It's been 48 years since Air Force Tech Sergeant Melvin Holland went missing from a mountaintop in Laos.
For each of those years, his wife Ann has been battling the U.S. government to learn the truth about what happened to him and ten other men who disappeared the same day.
"They forgot about those men. They tried to forget about those men," said Ann Holland, 76, as she spoke about the 1968 attack in Sam Neua Province, 15 miles from the North Vietnamese border.
"I wasn't about to let them," she said.
It was a Monday afternoon in March 1968 when she got the phone call at her Woodland, Washington home. The voice on the other end told her that the mountain in Laos had been overrun, and nobody knew what happened to Mel.
"I knew my life had been destroyed," Holland said. "And I had to turn around and face my eight Cub Scouts and my own five kids. And when the Cub Scouts went home, I had to fix dinner for the kids."
A lot of wives get news like that during wartime. But this was different because Holland couldn't tell anybody. When her husband disappeared, he was on a secret mission, running B-52 bombers from a radar base near the Vietnam border.
The U.S. wasn’t supposed to be conducting missions in Laos. To get around that, the Pentagon had reclassified Holland and 49 other men as civilian employees of Lockheed Aircraft Services. The government ordered Ann never to tell anybody.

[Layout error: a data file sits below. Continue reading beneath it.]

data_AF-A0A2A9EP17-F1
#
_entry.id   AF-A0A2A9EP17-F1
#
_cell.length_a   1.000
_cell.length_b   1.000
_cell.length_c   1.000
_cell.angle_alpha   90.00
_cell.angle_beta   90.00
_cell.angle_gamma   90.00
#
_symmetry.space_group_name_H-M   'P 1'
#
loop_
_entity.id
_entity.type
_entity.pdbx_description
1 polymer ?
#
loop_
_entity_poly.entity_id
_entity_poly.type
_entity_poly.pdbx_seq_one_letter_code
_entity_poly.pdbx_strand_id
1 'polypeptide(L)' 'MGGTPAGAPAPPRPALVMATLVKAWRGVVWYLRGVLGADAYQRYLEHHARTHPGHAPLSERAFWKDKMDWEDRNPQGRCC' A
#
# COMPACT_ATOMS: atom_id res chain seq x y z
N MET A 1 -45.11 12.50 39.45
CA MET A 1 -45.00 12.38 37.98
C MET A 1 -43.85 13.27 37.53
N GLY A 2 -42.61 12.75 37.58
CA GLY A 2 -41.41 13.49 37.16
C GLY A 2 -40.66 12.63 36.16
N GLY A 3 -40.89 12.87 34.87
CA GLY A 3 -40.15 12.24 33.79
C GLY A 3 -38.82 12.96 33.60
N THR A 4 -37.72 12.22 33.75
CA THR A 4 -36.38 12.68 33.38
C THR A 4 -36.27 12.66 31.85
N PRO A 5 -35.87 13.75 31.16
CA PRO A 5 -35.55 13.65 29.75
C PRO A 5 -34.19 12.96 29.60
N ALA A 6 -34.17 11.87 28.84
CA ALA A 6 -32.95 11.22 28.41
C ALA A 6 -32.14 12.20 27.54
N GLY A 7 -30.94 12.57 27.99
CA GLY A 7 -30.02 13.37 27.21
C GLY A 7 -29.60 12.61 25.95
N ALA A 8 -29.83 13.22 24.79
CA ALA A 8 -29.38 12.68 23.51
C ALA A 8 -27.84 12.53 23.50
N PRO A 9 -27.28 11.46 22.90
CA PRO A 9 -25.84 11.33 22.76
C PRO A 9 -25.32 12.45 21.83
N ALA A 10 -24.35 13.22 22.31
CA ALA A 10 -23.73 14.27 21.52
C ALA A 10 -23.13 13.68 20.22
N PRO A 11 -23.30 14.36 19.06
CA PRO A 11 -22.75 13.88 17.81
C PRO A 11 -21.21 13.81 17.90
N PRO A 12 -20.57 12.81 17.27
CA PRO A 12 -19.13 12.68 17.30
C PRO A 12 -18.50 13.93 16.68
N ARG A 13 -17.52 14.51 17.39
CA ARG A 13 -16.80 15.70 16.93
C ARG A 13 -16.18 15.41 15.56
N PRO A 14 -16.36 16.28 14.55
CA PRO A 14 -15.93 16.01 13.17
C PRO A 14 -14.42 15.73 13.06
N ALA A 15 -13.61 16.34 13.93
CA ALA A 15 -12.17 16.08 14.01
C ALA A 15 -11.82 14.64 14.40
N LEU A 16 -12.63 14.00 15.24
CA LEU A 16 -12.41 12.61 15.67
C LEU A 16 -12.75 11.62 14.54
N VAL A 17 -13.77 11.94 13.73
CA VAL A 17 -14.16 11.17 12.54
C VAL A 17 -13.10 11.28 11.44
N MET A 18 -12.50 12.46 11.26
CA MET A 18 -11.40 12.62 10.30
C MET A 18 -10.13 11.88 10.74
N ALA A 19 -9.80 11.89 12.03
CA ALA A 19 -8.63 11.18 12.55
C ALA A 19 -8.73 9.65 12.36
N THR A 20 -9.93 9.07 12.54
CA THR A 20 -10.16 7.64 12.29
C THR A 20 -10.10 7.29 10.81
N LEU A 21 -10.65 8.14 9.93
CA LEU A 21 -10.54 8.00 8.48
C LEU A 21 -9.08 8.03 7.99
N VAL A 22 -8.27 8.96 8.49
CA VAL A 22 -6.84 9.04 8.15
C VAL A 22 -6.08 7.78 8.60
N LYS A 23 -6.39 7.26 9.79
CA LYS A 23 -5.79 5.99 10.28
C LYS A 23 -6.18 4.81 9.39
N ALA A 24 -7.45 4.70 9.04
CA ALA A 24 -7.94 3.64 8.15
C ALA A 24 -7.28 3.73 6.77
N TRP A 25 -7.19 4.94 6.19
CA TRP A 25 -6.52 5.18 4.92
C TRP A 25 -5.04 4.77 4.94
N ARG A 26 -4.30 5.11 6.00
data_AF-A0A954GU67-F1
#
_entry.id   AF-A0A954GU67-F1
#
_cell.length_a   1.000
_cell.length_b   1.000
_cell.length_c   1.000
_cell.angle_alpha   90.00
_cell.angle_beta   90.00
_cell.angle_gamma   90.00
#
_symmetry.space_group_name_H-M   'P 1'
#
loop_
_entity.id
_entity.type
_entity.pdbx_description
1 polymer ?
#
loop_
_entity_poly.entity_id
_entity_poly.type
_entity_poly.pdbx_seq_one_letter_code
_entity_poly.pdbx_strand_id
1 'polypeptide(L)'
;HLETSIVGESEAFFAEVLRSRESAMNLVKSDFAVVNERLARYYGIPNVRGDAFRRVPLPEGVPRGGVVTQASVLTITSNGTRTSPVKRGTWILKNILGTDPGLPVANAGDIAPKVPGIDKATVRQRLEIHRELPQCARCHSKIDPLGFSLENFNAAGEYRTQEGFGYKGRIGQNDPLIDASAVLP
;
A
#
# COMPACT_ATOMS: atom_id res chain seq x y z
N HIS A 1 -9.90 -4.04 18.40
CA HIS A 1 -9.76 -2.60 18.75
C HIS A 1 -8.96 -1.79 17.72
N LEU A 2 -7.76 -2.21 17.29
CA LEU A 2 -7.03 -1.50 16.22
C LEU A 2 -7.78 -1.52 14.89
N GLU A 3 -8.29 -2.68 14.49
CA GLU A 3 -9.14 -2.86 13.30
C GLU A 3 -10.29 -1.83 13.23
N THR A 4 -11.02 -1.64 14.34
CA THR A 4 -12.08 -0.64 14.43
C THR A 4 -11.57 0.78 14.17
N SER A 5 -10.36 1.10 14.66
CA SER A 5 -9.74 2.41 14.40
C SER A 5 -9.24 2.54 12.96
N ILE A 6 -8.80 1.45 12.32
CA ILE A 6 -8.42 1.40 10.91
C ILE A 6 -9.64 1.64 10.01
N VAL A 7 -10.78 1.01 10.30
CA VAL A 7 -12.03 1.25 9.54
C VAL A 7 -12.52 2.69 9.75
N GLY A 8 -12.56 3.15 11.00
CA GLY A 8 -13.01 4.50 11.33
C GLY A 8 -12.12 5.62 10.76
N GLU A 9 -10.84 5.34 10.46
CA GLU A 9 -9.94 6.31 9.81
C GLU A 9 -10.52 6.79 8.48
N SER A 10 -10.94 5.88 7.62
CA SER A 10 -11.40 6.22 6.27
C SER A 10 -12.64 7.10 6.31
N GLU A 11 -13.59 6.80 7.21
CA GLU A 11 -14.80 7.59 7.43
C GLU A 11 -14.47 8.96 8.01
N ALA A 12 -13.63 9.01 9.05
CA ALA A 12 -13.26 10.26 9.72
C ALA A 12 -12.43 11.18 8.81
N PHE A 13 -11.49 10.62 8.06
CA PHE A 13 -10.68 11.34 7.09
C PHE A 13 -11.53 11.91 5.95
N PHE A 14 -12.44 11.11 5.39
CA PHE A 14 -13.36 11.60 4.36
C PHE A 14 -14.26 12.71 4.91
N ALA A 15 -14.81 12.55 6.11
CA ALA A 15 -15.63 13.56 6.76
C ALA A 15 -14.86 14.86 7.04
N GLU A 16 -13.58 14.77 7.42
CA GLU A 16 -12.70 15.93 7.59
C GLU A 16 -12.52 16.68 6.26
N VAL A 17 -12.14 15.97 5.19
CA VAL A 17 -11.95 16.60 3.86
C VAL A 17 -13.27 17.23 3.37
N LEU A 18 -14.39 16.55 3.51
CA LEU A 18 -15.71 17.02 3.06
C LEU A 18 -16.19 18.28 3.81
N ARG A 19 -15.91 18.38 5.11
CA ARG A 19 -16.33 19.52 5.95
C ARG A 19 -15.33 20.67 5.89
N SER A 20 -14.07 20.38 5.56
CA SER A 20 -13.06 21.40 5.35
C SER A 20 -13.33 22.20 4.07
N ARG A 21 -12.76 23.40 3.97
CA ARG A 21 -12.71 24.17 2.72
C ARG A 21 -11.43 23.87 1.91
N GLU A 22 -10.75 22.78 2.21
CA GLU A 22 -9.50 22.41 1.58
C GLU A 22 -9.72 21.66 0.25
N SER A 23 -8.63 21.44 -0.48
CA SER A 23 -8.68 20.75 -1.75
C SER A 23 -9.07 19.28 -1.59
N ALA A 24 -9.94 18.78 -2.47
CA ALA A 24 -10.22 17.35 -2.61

"The life had gone out of me, but I couldn't say anything to my kids," Holland said. "Every day they would want to know if we got a letter from Daddy, and I’d pick up an old letter and pretend to read it."
The Pentagon told her if Mel was still alive, he could be harmed if she revealed the secret mission. But as the months went on, her children knew something was wrong.
"Carolyn came in the kitchen," Holland said. "She was nine years old, and she looked right at me and said, 'Mama, is my Daddy dead?'"
"That was the hardest thing for me to be able to hug her and say 'no,' but things are pretty tough for Dad right now."
Eventually Ann Holland decided she needed to tell the truth, which meant she had to find out what happened on that mountain. She sued the government and learned some details of the secret mission, but the information about her husband is conflicting and incomplete.
She went public with the story in 1970, ignoring the secrecy agreement she signed when her husband left. It was difficult, especially for her daughter, Carolyn Gill.
"We lived in a very, very small town -- 15-hundred people," Gill said. "So when she went public, all of the sudden now you’ve got newspaper people, radio people, TV people showing up.""It felt odd going to school and everybody talking about you and those poor Holland kids,'" Gill said.
To this day much of what happened on the mountain remains a mystery. The Department of Defense lists Holland as unaccounted for, but will not discuss the case. They’ve recovered remains from some of the other men on the mountain, but not Mel Holland.
These days most of the people that Ann Holland talks to about her husband’s case weren’t even born when he went missing. But she'll never forget.
So at 76 years old, she’s planning another trip to Washington, D.C., one of dozens she's taken over the past five decades to try to learn the truth.
Carolyn Gill has joined the fight, too. And on this Memorial Day, when many families commemorate fathers lost at war, Gill just wants to know what happened to hers.
"I believe that anything is possible," Gill said. "Anything is possible."
This story was produced by the American Homefront Project — a collaboration of North Carolina Public Radio-WUNC, Southern California Public Radio, and KUOW-Seattle.